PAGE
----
Vera de Chalambert: And not, please understand, I’m not saying that it’s always going to be

Rick Archer: the right talk to you in 10 or 20 years, you can sing in a very different song,

Vera de Chalambert: I’m focusing on a very, very particular part of, of the spiritual narrative, actually, it’s a very, very limited and particular part. It’s where I, where I feel a resonance,

Rick Archer: very important part and one, it’s where

Vera de Chalambert: faith gap, I think there’s a gap in our collective spiritual pop spiritual culture there, we’re unwilling to look at the Chateau were unwilling to, to eat mature, right? I think this is emerging. It’s an emergent quality right now. This is why I think actually, you asked why about the article, I think it’s emerging. It’s not like VR decided to write an article. It’s like, there’s actually a particular archetype that’s emerging right now. And it’s emerging, collectively, right? We, we, we are going to be faced with a deep, deep, deep, rough reckoning of our collective karma on this planet. That is just a fact. Yeah. Right now, it’s just beginning. And I think that in the same way as this, this the power of the initiation of Kali, that power of being stripped down to only what’s real, you know, and that’s going to be happening for us collectively, because it must because this is, this is kind of what we need on a deeper sense as humanity so that we there needs to be a kind of a crucifixion that we enter.

Rick Archer: Here’s a quote from Andrew Harvey, that I think you had in one of your articles, you said, in preparation for the birth of the Divine, the entire human race is now going through a global dark night, which will result in a new humanity that has been humbled and chastened by tragedy, so that they open completely to the mystery of divine grace, there will be no resurrection of an embodied divine humanity without a systematic, perfectly organized, brutally complete crucifixion of everything in us, that keeps us addicted to the systems of illusion that are now rapidly destroying everything.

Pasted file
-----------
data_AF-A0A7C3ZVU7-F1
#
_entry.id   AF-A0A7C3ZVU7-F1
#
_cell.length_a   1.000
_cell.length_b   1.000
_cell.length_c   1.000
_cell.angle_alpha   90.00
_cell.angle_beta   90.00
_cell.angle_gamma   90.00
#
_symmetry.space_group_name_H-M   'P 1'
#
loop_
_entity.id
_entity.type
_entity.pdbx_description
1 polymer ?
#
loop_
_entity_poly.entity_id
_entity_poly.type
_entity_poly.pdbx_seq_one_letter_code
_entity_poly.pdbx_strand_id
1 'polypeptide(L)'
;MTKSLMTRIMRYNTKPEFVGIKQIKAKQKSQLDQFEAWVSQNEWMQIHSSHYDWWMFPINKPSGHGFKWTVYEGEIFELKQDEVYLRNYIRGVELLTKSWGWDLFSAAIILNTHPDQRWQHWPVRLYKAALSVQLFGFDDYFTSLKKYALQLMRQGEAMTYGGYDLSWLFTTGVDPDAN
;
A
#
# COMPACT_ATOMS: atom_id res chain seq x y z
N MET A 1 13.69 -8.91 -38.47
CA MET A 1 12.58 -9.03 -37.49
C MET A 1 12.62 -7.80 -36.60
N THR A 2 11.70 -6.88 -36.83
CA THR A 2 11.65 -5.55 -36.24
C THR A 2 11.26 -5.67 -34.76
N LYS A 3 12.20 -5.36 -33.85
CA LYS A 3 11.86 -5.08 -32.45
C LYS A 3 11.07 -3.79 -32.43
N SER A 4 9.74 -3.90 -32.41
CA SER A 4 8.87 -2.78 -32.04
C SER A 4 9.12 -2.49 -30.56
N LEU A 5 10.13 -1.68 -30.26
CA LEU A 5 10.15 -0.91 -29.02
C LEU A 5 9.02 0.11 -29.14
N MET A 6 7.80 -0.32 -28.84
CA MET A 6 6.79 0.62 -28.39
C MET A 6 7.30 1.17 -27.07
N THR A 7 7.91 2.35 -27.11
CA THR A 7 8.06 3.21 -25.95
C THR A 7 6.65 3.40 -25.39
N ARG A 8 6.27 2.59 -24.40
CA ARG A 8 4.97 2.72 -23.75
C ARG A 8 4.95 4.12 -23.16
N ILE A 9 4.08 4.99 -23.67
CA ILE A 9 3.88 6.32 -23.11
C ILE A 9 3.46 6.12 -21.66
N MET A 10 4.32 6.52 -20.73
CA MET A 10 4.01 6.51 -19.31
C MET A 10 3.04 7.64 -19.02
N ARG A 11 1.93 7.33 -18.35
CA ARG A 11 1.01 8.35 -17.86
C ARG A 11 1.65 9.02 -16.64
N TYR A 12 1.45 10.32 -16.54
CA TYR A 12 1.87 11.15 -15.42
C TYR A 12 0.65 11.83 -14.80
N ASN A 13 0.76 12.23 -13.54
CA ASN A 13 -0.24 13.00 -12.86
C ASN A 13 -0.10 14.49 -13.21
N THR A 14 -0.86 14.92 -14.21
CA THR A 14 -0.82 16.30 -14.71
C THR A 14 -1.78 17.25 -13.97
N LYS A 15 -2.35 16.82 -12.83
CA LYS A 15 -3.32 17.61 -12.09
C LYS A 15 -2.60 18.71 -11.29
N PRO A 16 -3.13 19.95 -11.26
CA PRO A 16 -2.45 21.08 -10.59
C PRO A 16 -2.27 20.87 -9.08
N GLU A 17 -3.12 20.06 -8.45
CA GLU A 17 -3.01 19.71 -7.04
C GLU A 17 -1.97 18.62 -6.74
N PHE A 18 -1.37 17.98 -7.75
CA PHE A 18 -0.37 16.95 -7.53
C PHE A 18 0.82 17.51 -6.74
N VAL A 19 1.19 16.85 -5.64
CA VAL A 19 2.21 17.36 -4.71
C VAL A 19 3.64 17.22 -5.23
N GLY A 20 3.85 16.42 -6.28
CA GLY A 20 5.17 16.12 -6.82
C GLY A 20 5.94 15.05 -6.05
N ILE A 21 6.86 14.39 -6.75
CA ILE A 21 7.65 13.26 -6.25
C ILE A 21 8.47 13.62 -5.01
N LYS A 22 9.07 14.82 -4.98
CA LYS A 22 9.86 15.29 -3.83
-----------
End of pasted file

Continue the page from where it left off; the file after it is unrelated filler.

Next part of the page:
Vera de Chalambert: I mean, Andrew Harvey is such a prophet, if you need if you need to know anything about anything. You know, truly, and I believe that I felt that to be true. When I saw Kali on the top of the Empire State Building. To me, that was the sign of the time. And, and it’s not a it’s not about fear mongering or us being afraid or not afraid. It’s about that quality that I think if we’re lucky, if we’re lucky, we get to face you know, I say throat, we get to throw things up against death. Or we get to be thrown up against death, where we begin to see what’s really important, and where we can yield into it, where we stop splitting life and saying, I can only have these experiences and only those experiences spiritual or and good, but those other experiences not so interested. I want to keep them at bay. That’s for other stupid, uneducated, uninteresting unspiritual people, right? Like when when the spiritual life begins to be a defense, when a kind of a cloak of protection. That’s where we have to ask ourselves, is that really what is that really what we yearn for? Because I think there is a deep collective collective yearning for the real, that’s what we really most want. Even if it takes a burning up, even if it takes deep suffering, I think that in the heart of hearts, we’re all willing to offer it all up, just so that we can have the taste.